Kombucha is a fermented tea brewed from a starter SCOBY (Symbiotic Culture Of Bacteria and Yeast). It has loads of healthy bacteria and yeast needed by the body for proper gut health. The probiotics in Kombucha work in a similar way to the acidophilus cultures in yogurt, but it contains a different variety of beneficial bacteria.
Kombucha is also supposed to help with detox of heavy metals in the body though there have been no studies to prove or disprove any of these health claims.
It tastes kind of nasty, but I force myself to drink it because I can tell a huge difference when I’m drinking it. I started drinking it several years ago when a friend gave me a starter SCOBY. After a few weeks, I noticed I could eat things that had previously upset my stomach without any issues. I knew it was good for gut health which is why I started drinking it, but I was very surprised when I went a whole winter without any eczema at all. That was not something I expected.
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I let my SCOBY die one year when I went on vacation and forgot to start a brew when I got back. A SCOBY is a living culture and must be fed on a regular basis to continue. Extreme heat or extreme cold can also damage the SCOBY. After over a year of not drinking it, I recently ordered another SCOBY from Amazon.
I was actually worried that it would not survive the transport because it shipped during the coldest spell we’ve had this season, but it brewed perfectly. You can see the new SCOBY that forms on top during the brewing process. My kids call the SCOBY “the baby octopus.” My son won’t even go near it. I tried to get him to carry a jar with an extra SCOBY over to my mom’s house, so she could start her own brew, and my son would not touch the jar. He butchers deer and hogs every year, but he gags at the sight of the SCOBY.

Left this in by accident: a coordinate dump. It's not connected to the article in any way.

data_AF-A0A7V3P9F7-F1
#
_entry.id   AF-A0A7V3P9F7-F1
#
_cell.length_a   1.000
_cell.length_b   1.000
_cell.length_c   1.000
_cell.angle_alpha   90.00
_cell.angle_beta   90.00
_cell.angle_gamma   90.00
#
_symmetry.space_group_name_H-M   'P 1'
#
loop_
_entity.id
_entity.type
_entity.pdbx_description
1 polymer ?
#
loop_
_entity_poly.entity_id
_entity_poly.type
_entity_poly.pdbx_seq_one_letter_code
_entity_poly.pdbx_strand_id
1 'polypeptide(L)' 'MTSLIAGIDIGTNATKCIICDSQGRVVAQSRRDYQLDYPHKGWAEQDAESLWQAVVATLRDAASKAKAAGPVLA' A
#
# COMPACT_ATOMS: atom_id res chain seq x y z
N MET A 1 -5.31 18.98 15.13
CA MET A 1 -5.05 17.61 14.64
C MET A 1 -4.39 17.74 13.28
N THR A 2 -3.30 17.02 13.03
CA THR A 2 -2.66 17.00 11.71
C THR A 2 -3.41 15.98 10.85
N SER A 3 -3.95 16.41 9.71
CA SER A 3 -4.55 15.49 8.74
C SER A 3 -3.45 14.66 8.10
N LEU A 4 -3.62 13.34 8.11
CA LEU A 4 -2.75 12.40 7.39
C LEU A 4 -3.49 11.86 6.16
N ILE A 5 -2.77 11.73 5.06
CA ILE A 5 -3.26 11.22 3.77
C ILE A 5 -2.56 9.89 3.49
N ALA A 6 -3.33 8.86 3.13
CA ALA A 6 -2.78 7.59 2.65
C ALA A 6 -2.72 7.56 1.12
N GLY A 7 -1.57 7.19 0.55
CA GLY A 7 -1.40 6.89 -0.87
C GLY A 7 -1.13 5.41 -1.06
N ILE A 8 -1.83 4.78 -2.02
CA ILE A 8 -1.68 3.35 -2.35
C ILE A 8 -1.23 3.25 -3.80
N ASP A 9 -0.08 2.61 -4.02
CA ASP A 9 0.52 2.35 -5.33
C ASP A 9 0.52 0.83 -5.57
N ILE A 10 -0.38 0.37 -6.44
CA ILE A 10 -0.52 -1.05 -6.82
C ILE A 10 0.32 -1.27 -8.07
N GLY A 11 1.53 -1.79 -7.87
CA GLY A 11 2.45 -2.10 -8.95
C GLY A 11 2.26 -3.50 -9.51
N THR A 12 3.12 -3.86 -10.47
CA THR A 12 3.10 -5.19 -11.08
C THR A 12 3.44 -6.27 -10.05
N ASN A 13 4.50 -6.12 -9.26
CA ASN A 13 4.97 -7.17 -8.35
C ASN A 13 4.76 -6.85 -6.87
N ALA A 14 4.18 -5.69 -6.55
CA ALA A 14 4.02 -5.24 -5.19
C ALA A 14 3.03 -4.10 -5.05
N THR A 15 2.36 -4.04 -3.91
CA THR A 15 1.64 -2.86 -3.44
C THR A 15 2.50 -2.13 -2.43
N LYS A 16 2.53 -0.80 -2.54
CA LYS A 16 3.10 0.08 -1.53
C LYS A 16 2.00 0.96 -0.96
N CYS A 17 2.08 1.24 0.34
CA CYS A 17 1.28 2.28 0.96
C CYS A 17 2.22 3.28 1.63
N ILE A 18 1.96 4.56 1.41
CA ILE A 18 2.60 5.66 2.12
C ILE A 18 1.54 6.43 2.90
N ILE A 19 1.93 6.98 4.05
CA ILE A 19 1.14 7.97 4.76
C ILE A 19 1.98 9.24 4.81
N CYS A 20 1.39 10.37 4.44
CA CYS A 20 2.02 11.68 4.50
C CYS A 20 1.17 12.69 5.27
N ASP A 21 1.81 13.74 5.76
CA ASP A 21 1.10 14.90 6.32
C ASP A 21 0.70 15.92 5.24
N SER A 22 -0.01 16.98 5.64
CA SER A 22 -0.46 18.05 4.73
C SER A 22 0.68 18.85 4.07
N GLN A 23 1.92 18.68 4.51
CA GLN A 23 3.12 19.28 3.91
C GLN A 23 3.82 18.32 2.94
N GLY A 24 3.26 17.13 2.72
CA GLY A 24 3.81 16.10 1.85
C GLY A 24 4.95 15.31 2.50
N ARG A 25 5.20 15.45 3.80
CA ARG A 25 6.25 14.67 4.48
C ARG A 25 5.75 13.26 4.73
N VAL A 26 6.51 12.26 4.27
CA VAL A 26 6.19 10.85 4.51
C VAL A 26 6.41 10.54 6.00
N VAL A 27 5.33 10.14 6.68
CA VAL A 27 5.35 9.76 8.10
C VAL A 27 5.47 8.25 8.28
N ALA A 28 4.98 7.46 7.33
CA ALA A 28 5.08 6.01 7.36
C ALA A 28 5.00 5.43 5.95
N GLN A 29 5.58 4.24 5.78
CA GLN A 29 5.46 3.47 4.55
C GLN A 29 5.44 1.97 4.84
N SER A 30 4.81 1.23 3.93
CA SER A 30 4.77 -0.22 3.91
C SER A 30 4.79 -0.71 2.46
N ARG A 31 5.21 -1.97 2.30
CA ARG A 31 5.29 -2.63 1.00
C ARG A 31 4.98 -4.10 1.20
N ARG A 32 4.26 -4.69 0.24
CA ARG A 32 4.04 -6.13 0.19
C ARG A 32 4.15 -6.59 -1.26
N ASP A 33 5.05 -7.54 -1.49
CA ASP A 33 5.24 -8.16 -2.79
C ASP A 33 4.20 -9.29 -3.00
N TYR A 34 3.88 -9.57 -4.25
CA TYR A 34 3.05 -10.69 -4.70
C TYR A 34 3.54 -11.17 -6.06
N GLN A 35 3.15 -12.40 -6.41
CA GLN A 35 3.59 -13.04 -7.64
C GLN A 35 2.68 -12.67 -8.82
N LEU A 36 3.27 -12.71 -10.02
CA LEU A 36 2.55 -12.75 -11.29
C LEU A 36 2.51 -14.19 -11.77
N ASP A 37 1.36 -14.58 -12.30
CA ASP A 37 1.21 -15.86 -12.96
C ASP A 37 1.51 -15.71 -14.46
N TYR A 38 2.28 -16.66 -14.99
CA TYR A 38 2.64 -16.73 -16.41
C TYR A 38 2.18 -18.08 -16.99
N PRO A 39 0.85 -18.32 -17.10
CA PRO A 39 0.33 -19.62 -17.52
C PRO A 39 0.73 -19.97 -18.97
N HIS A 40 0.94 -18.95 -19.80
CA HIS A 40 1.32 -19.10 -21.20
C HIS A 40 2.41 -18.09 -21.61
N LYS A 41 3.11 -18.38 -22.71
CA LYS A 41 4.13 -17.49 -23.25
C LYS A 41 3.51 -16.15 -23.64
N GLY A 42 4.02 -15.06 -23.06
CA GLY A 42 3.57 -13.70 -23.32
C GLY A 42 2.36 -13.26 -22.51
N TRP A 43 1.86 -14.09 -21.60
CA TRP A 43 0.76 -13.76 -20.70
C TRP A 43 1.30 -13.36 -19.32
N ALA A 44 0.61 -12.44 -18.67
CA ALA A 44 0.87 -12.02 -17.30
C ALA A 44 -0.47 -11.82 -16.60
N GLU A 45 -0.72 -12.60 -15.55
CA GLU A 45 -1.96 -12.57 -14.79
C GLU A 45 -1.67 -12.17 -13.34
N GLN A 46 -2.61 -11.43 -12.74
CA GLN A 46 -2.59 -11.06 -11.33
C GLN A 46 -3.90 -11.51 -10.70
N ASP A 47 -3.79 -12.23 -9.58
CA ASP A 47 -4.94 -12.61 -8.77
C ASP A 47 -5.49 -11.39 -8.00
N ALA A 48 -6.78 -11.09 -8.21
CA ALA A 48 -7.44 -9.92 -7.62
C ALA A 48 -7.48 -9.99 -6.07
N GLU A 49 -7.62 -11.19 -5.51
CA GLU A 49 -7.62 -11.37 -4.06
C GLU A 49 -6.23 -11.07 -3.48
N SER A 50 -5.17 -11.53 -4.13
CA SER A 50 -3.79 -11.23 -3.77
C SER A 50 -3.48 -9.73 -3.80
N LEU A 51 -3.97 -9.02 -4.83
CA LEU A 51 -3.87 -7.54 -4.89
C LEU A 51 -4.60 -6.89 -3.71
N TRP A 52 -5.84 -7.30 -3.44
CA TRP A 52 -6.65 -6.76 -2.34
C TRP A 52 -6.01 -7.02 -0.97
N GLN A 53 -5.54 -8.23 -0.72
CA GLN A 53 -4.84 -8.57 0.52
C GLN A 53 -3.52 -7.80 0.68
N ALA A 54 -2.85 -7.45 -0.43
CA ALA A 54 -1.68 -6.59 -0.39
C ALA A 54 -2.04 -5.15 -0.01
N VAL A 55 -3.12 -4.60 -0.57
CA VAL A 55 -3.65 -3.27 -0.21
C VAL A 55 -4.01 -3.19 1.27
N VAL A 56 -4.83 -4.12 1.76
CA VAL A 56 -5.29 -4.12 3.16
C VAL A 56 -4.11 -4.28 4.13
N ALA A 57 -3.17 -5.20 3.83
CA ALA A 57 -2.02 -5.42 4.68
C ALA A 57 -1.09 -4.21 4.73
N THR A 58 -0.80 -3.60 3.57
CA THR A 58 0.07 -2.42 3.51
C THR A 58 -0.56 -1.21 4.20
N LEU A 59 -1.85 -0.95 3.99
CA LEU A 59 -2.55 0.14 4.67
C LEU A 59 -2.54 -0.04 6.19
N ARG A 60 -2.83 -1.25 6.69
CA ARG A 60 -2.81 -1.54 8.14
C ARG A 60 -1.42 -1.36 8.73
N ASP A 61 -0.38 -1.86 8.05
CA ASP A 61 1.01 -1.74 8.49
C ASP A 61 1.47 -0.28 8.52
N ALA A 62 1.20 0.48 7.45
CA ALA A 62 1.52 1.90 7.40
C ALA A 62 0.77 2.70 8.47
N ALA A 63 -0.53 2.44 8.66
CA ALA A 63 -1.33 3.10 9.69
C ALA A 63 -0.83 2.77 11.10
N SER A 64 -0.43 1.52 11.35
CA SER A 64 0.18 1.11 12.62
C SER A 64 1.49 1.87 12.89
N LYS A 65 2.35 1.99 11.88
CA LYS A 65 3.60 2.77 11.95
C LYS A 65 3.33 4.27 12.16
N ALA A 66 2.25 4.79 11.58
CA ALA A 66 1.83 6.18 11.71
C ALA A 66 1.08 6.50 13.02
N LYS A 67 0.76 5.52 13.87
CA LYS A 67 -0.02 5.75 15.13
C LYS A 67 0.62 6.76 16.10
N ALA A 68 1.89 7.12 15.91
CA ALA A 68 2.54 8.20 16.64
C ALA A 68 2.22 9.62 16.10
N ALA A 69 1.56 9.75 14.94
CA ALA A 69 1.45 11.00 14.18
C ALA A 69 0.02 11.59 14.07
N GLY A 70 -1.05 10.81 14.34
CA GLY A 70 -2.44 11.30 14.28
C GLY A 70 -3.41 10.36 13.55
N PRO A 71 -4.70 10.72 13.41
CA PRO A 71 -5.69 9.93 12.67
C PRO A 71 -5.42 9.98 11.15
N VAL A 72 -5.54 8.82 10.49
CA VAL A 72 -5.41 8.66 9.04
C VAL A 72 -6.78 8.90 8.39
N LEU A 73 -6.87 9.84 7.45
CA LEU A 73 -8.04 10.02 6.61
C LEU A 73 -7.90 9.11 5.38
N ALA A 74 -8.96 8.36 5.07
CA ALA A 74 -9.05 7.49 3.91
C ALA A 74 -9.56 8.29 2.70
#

You can also buy bottled Kombucha in health food and grocery stores, but it’s usually around $3-$5 a bottle, and I definitely could not afford to drink it daily at that rate.
Even though it’s fermented, the alcohol content of Kombucha is a trace amount similar to regular apple juice. The ethanol breaks down differently than in the brewing process of alcoholic beverages, so it’s considered non-alcoholic.
** It should be clearly noted that I AM NOT A DOCTOR. Nothing stated here should ever be taken as medical advice. All information about Kombucha is based entirely on my own research and my own personal experience with it, and others should do their own research before consuming any food or beverage.
These are a couple of helpful articles if you would like to find out more about Kombucha:
- The Many Benefits of Kombucha – WellnessMama (WellnessMama gives a great breakdown of the exact microbes and nutritional information for Kombucha.)
- Kombucha and Kefirs: Hype or Healthy? by Ashley Koff – Huffington Post (Koff offers a nice comparison or Kombucha and a variety of Kefirs.)